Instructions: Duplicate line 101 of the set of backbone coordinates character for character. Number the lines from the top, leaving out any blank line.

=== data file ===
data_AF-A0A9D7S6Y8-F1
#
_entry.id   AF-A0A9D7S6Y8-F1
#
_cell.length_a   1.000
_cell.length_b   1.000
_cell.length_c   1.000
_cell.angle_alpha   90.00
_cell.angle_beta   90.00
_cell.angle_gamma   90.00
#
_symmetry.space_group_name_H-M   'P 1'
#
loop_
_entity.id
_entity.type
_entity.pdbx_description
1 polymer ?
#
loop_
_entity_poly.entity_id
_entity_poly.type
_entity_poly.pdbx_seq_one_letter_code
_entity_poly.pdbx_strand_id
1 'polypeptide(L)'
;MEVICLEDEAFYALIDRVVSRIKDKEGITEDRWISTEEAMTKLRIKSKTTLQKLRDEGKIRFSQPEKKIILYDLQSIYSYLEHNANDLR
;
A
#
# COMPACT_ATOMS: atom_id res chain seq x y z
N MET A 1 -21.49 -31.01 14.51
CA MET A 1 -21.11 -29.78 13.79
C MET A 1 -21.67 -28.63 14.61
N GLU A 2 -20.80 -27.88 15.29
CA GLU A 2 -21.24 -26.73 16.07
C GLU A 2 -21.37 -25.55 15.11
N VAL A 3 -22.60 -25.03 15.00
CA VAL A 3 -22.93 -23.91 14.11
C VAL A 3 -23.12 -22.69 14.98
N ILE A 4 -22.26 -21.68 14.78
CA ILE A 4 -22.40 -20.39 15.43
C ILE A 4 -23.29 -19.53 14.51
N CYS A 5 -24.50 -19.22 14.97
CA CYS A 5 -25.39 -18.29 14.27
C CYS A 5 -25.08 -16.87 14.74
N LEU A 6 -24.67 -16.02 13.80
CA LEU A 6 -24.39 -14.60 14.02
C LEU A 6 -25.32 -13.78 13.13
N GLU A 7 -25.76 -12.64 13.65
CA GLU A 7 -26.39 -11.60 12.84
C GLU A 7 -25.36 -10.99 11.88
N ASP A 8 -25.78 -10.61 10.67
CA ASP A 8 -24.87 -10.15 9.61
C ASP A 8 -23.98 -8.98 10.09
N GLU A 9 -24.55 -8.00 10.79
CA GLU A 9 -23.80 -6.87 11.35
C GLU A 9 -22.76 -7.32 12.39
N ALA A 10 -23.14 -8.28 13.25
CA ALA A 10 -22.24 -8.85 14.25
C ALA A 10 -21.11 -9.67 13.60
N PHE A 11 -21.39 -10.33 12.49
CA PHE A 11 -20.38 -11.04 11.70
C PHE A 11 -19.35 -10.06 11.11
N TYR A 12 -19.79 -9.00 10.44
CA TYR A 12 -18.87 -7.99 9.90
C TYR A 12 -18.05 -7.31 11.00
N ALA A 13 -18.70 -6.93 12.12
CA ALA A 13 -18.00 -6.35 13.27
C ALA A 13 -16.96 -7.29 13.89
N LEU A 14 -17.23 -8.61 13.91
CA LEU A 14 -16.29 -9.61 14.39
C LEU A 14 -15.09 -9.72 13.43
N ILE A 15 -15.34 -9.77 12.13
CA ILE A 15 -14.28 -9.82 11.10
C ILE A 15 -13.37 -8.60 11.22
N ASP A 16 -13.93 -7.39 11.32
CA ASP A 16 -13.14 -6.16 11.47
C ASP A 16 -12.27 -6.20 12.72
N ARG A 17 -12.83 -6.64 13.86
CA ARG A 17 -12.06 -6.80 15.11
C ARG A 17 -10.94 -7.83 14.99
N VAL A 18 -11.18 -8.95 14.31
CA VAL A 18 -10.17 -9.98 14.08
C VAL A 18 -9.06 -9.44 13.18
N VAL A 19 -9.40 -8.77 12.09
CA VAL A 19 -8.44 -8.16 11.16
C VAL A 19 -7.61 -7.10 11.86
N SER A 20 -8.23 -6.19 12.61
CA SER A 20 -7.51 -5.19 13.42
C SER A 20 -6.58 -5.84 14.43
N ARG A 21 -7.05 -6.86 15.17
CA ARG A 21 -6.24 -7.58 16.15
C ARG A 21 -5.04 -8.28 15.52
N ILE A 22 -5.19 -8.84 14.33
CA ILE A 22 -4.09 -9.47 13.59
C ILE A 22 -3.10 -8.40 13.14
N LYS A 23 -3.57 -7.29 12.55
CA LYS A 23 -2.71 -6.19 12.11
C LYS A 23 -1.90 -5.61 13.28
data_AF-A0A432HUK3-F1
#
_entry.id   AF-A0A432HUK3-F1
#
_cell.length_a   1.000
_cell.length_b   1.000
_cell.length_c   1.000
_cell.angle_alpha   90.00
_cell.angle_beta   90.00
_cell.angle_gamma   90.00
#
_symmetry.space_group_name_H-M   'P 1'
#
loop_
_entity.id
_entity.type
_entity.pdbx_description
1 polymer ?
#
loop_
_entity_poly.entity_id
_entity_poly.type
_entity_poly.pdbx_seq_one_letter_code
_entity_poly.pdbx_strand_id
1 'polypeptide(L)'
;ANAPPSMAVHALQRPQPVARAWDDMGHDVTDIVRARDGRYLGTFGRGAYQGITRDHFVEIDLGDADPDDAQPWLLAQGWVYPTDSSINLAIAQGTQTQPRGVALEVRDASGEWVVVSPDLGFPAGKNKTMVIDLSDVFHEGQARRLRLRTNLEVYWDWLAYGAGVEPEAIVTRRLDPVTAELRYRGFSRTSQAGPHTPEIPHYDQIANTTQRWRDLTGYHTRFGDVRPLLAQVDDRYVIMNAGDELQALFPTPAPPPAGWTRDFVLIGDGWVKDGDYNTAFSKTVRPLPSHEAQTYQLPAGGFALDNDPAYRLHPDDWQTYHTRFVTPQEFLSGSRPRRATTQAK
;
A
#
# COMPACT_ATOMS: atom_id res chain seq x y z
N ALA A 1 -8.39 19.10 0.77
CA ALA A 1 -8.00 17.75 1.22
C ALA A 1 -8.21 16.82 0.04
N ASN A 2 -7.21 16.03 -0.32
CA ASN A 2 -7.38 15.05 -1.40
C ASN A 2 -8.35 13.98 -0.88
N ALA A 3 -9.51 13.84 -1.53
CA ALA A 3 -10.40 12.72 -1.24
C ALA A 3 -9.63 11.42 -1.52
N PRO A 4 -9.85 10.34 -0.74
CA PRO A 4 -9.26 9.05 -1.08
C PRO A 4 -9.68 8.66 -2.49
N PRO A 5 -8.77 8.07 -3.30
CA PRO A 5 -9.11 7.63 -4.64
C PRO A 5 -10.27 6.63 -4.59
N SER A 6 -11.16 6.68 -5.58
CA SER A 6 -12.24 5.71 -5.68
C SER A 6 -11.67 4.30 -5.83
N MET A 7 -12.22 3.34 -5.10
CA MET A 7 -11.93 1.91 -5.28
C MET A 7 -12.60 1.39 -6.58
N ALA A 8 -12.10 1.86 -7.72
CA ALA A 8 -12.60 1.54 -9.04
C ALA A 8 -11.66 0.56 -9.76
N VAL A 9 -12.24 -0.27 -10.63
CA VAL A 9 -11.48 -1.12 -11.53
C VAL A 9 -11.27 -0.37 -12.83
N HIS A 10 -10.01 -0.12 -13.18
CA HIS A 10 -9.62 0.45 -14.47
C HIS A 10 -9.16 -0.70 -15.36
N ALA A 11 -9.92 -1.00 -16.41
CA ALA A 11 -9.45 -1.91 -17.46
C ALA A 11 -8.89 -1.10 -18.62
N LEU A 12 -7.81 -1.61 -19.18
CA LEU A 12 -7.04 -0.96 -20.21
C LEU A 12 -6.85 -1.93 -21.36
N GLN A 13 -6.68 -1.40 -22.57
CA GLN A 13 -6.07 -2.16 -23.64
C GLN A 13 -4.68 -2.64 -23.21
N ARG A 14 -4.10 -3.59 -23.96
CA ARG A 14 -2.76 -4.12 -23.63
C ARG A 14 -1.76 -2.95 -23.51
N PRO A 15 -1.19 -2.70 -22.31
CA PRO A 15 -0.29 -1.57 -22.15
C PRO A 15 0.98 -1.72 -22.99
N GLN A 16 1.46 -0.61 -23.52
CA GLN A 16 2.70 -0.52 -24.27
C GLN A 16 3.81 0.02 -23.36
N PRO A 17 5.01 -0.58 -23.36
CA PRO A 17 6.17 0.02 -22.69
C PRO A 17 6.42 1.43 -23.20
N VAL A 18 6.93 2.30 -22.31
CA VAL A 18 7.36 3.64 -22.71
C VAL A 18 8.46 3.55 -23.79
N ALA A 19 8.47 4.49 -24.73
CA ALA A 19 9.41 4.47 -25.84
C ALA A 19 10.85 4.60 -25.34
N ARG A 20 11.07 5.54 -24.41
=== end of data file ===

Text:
#